I love libraries. They innately feel like home to me. I love books, that’s what gets you into wanting to be a writer. There are hundreds of excellent quotes about libraries from the writers of the world. Today, on world book day, is a good time to reflect on libraries and how important they are.
More than being about books libraries about communities and access. They provide essential services and a space where people can gather or spend a few hours without spending any money.
Scholar Robin Mazumder posted about his experience working with the Library in Waterloo. He discusses libraries as spaces and the role that they play in our increasingly divided society.
As a physical space, libraries embody what we should aspire towards when we are talking about healthy places. They are inviting public spaces where people from all backgrounds come together in the spirit of learning – perhaps about topics of interest to them, but also, maybe more importantly, learning about each other. In a sense, libraries are the living rooms of our communities. These living rooms are needed now, more than ever, as we are seeing xenophobia and intolerance being stoked all around us. As the bigots continue to try to create divisions amongst us, we are increasingly in need of spaces where we can come together to connect as humans.
Through both its physical design as an accessible meeting place and the equitable values upon which it exists, libraries will continue to safeguard and foster this right to the city and will assist us, as Lefebvre puts it, in changing ourselves through changing our cities. As our cities continue to grow at a rapid rate, libraries will serve as think tanks for urban transformation and will play a vital role in our collective effort to make cities healthy, happy and inclusive places.
In a world where everything costs money including go out and finding somewhere to spend time or work libraries are a key resources. They are one place you can go where there isn’t a $3 price of admission (in the form of a coffee or pastry) and you never have to move along because you feel like you’ve been taking up that space too long.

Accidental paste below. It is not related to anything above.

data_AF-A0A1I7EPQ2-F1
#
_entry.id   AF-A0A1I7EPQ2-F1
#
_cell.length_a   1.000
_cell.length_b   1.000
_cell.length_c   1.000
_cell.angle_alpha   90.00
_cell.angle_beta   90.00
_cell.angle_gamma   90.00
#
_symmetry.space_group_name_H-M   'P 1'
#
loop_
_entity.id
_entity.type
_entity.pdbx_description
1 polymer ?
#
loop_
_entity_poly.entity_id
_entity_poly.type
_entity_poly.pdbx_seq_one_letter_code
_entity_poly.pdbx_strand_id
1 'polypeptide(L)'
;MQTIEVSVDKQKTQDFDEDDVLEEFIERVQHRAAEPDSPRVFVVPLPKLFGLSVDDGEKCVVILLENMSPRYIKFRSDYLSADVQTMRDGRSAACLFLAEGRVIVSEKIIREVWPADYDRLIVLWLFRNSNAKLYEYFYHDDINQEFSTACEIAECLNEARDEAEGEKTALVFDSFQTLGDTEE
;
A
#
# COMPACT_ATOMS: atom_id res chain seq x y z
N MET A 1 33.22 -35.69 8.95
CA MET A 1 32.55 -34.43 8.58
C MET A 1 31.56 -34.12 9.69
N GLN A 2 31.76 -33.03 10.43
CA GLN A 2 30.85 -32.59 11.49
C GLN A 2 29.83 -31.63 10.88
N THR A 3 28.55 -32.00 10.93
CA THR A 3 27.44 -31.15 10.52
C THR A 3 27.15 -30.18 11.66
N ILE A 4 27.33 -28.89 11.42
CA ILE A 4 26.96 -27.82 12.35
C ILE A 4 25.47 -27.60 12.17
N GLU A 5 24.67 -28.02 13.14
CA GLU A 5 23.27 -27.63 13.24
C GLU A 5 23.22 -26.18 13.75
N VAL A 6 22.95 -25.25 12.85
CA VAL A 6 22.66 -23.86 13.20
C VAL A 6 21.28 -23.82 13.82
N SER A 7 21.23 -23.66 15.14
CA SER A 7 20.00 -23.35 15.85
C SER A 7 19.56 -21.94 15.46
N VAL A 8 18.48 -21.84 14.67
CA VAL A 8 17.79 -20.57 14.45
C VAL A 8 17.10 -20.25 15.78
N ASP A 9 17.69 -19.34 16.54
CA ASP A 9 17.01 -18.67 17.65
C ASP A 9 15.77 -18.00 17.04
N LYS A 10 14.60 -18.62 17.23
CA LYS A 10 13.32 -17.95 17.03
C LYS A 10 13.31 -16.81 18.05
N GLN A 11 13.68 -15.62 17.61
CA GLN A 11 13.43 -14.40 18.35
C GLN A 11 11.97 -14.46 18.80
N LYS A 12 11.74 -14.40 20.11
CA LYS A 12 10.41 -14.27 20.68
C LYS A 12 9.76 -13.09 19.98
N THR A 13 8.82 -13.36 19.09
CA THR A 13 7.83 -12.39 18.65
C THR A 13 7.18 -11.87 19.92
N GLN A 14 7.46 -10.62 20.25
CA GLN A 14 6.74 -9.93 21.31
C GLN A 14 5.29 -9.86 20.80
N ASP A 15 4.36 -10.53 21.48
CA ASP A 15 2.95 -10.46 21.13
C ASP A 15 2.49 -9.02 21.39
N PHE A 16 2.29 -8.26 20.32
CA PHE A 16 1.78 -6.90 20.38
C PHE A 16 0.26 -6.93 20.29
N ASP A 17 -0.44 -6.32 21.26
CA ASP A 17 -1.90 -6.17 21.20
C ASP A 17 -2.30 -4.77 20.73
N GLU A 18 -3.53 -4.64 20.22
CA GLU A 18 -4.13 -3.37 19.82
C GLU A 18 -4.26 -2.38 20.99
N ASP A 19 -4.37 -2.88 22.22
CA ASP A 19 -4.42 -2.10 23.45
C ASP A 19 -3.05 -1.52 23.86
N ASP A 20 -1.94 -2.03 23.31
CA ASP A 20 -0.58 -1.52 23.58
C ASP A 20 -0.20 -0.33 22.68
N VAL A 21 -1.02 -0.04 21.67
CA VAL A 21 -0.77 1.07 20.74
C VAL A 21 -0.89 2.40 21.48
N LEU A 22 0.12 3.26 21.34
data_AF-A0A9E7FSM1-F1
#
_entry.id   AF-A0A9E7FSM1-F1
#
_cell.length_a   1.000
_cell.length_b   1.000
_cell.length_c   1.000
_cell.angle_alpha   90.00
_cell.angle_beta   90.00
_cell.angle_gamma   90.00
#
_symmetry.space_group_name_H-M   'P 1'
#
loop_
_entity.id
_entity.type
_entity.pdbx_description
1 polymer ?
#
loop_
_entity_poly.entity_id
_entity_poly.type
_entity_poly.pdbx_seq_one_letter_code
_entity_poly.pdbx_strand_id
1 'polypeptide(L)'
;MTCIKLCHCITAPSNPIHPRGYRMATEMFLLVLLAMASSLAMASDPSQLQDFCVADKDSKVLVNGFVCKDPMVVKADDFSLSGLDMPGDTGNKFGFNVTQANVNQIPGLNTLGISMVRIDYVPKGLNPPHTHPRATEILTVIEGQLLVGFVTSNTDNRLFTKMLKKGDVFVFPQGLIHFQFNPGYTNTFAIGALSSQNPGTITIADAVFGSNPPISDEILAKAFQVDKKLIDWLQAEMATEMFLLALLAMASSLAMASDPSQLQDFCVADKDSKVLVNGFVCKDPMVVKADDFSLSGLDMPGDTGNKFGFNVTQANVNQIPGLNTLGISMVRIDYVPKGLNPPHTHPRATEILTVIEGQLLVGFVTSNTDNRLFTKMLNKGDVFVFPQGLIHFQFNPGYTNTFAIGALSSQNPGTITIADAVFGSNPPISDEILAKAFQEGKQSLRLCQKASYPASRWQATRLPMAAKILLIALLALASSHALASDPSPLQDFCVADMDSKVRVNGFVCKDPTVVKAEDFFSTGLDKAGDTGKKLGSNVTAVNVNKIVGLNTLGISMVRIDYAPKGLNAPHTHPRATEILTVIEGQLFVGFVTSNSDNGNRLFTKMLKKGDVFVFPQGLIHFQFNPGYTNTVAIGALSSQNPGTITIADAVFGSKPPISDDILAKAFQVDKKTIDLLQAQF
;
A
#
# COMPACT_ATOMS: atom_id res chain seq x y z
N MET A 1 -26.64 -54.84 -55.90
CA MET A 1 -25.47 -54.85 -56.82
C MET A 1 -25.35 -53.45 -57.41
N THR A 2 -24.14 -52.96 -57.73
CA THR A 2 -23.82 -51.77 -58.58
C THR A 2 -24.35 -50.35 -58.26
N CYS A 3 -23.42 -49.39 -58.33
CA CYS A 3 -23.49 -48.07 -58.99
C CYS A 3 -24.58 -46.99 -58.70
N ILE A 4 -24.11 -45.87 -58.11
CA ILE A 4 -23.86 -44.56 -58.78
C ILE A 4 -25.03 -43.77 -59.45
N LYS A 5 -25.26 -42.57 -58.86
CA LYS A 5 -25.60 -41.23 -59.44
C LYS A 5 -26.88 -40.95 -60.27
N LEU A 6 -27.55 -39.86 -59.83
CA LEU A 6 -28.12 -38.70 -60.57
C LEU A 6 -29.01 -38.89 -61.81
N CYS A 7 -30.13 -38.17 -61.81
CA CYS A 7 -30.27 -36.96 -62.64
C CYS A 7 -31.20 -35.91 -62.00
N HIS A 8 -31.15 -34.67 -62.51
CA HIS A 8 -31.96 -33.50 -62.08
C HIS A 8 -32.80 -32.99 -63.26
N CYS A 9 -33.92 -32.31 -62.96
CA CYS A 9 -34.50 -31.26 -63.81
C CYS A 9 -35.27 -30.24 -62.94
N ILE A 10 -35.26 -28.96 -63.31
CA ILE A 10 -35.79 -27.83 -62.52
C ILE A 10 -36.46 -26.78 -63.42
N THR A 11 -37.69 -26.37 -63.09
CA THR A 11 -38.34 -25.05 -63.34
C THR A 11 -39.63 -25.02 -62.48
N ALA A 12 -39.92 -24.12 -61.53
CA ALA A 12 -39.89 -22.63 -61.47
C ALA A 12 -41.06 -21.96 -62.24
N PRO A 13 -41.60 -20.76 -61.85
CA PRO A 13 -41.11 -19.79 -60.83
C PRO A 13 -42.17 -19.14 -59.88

As contract work and freelancing grows having spaces where people can go to be around people and get some work done away from home is increasingly important. Libraries can become an important part of this future if we are smart about how we build them. I can’t afford to go work at a cafe every day or every time I want to get out of the house. The way I work is isolating and I earn barely enough to get by. I need affordable spaces to be around other people.
Libraries are one of the first places that new arrivals go to and play an essential role in integration and accessing services. He writes:
The library is the first I place I visited after moving to Kitchener last year. I was feeling lonely and just wanted to be around people. I don’t know that I am alone in visiting the library for that reason. No surprise then, that KPL’s slogan is “where community connects”.
Libraries can teach job search skills, computer skills and English classes. They are where kids learn to read and where you can find out how to do just about anything. They are a safe space for whether you’re new to town or new to the country.
They also remind me of the good that humans can do when we work together. If I ever feel really down about the future of humanity I remember that we have these great institutions where you can get more or less any book you want for free. All you have to do is bring it back so other people can use it. It’s the sharing economy before the sharing economy. It shows the power of government and coming together. It shows that small ideas can become big things and that we are better together. It shows that public spaces and services matter.